Helping Your Child Breathe Easier
According to the American Association for Respiratory Care, the majority of children who are hospitalized are admitted with a respiratory tract illness. Such problems range from colds and flu to asthma, allergies, pneumonia, bronchitis and bronchiolitis, and cystic fibrosis. In terms of childhood disease, the respiratory system is the most critical.
Here are some tips from the AARC to help your child breathe easier:
- Drinking plenty of fluids will reduce respiratory discomfort for a child with the flu or a cold. Increased body temperature and rapid breathing often accompany such illness, and that leads to fluid loss, or dehydration. Dehydration tends to make respiratory secretions (mucus) thicker, drier, and, therefore, much more difficult to expel. Fluids will keep the secretions thinner and easier to cough up.
- Colds and flu cause the nasal membranes to swell, narrowing air passages and making breathing more difficult. This condition is part of the reason we tire so readily when we are sick - we have to breathe harder through smaller airways, and that takes greater energy. To keep energy levels up during bouts with colds and flu, make sure your child continues to get proper nourishment.
- Allergies are quite common in children. Some people are born more sensitive to certain substances than others; they react strongly to very small amounts of these substances. Exposure to such “allergens,” “antigens,” or “irritants” can cause the muscles of the respiratory system to contract, narrowing the airways. Breathing through these narrowed airways can produce a wheezing sound. Other forms the allergy may take are sneezing, a runny nose, and watery, itchy eyes. Respiratory care practitioners work under a physician's direction to provide medication and therapy that open narrowed airways and remove abnormal mucus. Air conditioners with special filters can cut down on the presence of some allergens. Some common irritants can be eliminated from the child's home environment altogether. These include dust, shag carpeting, fur, feathers, pets, and stuffed animals. Since stuffed toys can be filled with everything from crushed nuts to feathers or moldy fiber, it is best to check the contents label or to buy only hypoallergenic stuffed animals for the highly allergic child.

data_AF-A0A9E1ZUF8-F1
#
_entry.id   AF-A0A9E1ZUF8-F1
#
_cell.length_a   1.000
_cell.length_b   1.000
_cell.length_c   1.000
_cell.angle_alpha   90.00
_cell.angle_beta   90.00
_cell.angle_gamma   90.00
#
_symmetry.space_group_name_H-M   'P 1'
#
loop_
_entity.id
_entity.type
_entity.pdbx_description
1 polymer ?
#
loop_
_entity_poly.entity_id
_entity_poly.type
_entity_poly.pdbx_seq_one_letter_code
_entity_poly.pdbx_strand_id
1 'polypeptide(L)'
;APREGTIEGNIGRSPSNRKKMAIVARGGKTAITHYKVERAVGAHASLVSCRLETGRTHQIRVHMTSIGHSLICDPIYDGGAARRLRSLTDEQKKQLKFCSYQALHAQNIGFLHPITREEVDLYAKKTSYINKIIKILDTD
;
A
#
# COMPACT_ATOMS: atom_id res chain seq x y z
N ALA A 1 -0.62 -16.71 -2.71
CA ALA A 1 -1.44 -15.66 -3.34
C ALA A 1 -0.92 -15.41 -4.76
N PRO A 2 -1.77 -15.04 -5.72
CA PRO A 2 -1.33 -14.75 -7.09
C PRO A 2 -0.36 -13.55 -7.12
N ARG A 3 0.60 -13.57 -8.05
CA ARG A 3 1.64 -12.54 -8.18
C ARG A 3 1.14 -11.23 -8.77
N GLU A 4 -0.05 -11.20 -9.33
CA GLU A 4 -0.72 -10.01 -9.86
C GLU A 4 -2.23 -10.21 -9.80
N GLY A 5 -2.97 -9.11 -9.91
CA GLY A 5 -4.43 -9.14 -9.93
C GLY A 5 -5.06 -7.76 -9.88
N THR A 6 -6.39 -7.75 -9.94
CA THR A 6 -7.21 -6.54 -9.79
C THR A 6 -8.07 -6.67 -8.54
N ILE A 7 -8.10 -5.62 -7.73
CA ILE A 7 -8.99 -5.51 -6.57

- Tobacco smoke from other family members can have a serious effect on the respiratory health of youngsters. One study shows that children up to two years old whose parents smoke suffer twice the rate of bronchitis and pneumonia as children of nonsmokers.
- Flu shots may help certain children avoid problems.
If any minor illness becomes prolonged or occurs often, talk to your doctor. Only a trained medical expert can recognize the importance of seemingly small irritations that may lead to bigger health problems.
When children suffer from colds, flu, or allergies, parents often suffer right along with them. These tips from the AARC can make both your children and you more comfortable.
Reviewed: May 26, 2005